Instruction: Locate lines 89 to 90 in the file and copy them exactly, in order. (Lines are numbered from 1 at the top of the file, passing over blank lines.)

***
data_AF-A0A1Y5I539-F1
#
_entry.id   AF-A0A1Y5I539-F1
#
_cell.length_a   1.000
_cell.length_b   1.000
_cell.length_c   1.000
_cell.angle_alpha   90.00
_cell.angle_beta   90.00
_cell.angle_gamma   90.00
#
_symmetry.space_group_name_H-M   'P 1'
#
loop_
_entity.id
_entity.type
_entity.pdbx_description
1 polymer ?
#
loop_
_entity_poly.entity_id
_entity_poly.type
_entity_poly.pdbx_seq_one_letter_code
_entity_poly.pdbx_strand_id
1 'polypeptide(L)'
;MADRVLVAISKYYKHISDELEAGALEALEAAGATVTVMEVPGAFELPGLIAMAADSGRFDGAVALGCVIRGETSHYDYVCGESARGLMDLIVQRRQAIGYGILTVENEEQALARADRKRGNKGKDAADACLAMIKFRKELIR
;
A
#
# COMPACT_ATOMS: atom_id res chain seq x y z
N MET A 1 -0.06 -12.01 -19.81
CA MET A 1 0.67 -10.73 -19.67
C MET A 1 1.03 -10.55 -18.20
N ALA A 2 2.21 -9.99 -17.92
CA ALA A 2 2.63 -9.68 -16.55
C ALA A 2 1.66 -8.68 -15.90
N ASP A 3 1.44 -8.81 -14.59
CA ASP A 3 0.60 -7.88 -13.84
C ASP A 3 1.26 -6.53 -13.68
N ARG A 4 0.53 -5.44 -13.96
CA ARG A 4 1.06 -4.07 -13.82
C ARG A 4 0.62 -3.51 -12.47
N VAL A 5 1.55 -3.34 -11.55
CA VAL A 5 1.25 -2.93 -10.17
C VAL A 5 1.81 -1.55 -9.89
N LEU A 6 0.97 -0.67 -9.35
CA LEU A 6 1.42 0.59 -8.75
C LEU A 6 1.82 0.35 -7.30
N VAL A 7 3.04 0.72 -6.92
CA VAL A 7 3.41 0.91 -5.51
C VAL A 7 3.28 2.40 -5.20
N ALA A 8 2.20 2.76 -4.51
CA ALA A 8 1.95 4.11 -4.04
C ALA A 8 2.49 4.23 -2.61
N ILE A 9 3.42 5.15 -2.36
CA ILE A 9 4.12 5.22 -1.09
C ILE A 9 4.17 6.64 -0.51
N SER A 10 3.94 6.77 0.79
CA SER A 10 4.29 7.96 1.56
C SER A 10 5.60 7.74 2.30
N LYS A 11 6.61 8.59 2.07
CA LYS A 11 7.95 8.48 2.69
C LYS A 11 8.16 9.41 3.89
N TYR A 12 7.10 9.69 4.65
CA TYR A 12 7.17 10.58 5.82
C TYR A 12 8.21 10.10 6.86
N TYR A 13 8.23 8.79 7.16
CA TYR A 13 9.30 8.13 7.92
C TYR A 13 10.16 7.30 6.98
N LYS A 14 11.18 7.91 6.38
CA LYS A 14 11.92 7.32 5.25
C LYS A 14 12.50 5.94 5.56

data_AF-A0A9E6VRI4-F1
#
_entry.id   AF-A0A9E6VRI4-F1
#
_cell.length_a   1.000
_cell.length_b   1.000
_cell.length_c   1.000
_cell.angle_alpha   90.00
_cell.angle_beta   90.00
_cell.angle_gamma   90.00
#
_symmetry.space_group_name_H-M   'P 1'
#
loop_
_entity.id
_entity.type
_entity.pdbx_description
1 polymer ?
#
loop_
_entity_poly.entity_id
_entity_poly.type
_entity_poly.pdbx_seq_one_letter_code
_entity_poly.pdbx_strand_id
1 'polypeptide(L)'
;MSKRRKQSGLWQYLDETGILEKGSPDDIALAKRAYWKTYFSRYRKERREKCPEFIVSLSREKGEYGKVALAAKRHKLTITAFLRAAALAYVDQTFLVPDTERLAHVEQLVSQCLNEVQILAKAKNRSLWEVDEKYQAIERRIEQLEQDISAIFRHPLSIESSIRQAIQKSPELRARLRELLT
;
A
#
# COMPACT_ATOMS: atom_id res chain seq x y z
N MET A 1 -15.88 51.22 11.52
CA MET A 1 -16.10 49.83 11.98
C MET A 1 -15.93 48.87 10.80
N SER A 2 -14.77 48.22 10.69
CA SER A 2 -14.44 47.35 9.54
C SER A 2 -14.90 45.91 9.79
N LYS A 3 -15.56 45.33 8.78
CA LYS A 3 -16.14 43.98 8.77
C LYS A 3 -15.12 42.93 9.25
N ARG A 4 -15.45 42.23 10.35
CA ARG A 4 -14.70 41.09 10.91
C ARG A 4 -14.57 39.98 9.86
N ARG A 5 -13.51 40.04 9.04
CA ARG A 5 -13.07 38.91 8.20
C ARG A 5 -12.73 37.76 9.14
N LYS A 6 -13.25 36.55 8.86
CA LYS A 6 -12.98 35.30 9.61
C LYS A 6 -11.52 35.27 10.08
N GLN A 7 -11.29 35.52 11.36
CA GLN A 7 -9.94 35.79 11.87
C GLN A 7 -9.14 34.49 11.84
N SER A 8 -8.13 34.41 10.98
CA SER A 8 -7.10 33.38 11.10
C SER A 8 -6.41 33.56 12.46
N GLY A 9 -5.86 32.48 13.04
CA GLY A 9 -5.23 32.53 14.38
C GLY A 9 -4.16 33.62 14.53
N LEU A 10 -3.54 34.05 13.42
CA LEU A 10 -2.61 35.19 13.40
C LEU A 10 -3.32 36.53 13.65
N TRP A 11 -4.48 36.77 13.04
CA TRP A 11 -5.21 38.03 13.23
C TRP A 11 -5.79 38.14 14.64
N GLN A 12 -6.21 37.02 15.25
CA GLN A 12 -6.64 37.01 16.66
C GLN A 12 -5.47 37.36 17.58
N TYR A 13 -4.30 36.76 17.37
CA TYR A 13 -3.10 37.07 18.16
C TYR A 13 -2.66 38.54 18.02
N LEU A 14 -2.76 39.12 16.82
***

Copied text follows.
_entity.pdbx_description
1 polymer ?